Taking over for the 20-year-old Tasmanian, McKeon had overtook her Chinese opponent within the first 50 meters, but China regained the lead halfway through with both teams well ahead of the world record time.
Wilson handed Neale for the final change when American swimmer Katie Ledecky tried to overtake China.
Unable to overcome the Chinese and Americans, Neale left the Aussies devastated behind the blocks, left to ponder what went wrong.
Ledecky put in a blazing fast 200m final to push China all the way to the wall.
Despite Australia leading with their best swimmer, Ariarne Titmus, China led after the first substitution and all the way to the finish
The decision to completely overhaul the relay team from preliminary round to final and lead with their best two swimmers will be scrutinized as Aus appears to have thrown away a gold medal
Australia was a glowing favorite for the event with individual gold medalist Titmus and sprint queen McKeon in the ranks, but was never in control of the race.
The foursome finished with a time of 7.41.29, faster than their heat time of 7.44.61.
Titmus, who has been the star of the Games for Australia to date, added bronze to her two golds but lost a chance to become just the eighth Aussie to win three golds in one Olympics.
She will face Ledecky one more time in the 800m freestyle.
Kyle Chalmers, who came a painful 0.06 second behind US Caeleb Dressel in the 100m freestyle less than an hour before their relay, supported the relay team from the stands.
Kyle Chalmers, who came in a agonizing 0.06 second behind Caeleb Dressel from the US less than an hour before their relay from the stands in the 100m freestyle
Australian sprint king Kyle Chalmers has finished second in the 100m freestyle final with American Kyle Dressel taking gold
Previously, the Aussie sprint king hit the wall with a fingernail behind Dressel to finish second in the 100m freestyle final.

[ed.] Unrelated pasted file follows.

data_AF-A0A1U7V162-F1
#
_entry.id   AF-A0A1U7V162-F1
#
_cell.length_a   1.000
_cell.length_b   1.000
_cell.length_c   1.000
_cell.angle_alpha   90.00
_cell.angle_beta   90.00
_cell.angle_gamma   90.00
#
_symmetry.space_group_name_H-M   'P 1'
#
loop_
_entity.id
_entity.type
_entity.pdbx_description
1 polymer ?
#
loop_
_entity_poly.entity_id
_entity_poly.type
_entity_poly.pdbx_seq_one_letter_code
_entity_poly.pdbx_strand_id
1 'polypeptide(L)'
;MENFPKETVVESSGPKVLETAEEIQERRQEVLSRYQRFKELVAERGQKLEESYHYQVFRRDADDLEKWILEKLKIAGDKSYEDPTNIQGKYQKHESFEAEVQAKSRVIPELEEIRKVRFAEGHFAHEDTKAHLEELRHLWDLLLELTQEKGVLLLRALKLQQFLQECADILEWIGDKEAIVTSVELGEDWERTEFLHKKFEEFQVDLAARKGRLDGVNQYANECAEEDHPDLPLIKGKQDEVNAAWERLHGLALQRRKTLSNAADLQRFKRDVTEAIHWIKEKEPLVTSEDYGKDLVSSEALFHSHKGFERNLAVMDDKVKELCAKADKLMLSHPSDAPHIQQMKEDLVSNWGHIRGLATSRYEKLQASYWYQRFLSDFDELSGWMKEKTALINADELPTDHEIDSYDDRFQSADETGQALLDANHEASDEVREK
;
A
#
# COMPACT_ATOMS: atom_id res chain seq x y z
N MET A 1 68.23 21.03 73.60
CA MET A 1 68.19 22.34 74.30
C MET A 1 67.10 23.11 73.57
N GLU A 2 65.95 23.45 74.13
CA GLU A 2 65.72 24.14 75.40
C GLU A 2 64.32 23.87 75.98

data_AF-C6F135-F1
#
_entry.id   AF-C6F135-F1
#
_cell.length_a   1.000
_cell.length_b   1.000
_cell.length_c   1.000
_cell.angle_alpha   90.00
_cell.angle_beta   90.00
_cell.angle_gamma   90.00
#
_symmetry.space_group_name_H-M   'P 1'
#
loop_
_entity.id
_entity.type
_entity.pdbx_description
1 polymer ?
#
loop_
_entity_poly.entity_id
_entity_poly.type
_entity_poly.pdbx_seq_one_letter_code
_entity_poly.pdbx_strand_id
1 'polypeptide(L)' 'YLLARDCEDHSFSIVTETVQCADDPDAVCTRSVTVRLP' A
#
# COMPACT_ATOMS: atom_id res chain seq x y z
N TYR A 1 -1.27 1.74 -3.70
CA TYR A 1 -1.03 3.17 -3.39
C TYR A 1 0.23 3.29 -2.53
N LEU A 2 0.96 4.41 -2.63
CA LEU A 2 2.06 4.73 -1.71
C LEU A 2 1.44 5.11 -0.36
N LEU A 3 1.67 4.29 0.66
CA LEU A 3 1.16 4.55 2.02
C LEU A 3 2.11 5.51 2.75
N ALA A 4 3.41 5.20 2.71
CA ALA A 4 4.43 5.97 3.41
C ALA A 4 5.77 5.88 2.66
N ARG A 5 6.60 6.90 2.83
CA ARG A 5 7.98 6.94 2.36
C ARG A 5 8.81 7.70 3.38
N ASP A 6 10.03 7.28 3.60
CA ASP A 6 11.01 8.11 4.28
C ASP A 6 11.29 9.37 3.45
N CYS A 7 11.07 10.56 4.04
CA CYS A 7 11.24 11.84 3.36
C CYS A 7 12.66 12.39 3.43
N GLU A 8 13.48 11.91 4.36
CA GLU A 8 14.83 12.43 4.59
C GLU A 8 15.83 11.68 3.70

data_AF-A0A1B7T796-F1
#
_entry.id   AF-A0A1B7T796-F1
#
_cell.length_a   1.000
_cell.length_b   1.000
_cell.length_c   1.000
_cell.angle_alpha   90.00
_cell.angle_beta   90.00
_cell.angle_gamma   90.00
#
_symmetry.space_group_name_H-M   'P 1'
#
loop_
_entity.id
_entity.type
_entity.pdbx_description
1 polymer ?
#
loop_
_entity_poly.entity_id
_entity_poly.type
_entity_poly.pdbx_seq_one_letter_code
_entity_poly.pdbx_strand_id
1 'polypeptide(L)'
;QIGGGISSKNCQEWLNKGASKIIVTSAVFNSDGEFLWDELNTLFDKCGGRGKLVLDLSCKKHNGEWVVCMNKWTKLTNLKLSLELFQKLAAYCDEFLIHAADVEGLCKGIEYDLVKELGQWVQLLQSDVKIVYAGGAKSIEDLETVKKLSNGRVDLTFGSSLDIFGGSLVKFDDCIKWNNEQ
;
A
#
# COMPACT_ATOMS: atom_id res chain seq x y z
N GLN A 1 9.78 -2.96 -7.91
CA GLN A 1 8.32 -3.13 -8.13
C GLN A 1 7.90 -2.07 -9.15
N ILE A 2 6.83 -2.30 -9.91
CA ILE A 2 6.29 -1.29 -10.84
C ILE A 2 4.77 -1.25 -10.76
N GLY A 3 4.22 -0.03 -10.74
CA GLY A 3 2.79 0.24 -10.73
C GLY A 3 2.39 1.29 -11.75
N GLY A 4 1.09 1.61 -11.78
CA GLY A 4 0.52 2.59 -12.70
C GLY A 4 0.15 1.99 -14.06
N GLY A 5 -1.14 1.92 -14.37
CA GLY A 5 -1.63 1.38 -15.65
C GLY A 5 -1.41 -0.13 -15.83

Chalmers, who came out of nowhere to win gold as an 18-year-old at the 2016 Rio Olympics, wanted to become the first Aussie to repeat himself as the fastest man in the water.
Chalmers said this morning he revisited his 100m freestyle win at the 2016 Olympics ahead of the race for inspiration as he tried to pull off the historic feat.
The Aussies have continued to dominate the group with Zac Stubblety-Cook winning gold in the 200m breaststroke final on Thursday.
The 23-year-old from Port Lincoln came behind the American world champion for Australia’s second silver medal at the Tokyo Games.
“Winning isn’t everything…but it’s pretty nice,” the devastated swimmer said after the race.
“If the Games were last year, I wouldn’t be here.
“I am grateful for the support, my family and friends who have been there from day one. They’ve always been there for me.’
Australian Zac Stubblety-Cook has won gold and broken an Olympic record in the men’s 200m breaststroke final at the Tokyo Games
Zac Stubblety-Cook won gold earlier on Thursday and broke an Olympic record in the men’s 200-meter breaststroke final.
The 22-year-old from Queensland hit the wall in record time at 2:06.38, closely followed by Dutchman Arno Kamminga and Finnish swimmer Matti Mattsson.
Stubblety-Cook was a favorite to win after taking first place in the semifinals with the fastest time of 2:07.35.
It was the first time an Australian had won the 200m breaststroke final at the Olympic Games since the previous Games in Tokyo in 1964.
Stubblety-Cook’s family and long-term girlfriend Ella Martinkovic encouraged him from home.
“Unbelievable, I wouldn’t be here without their support, but it’s been five tough years,” he said.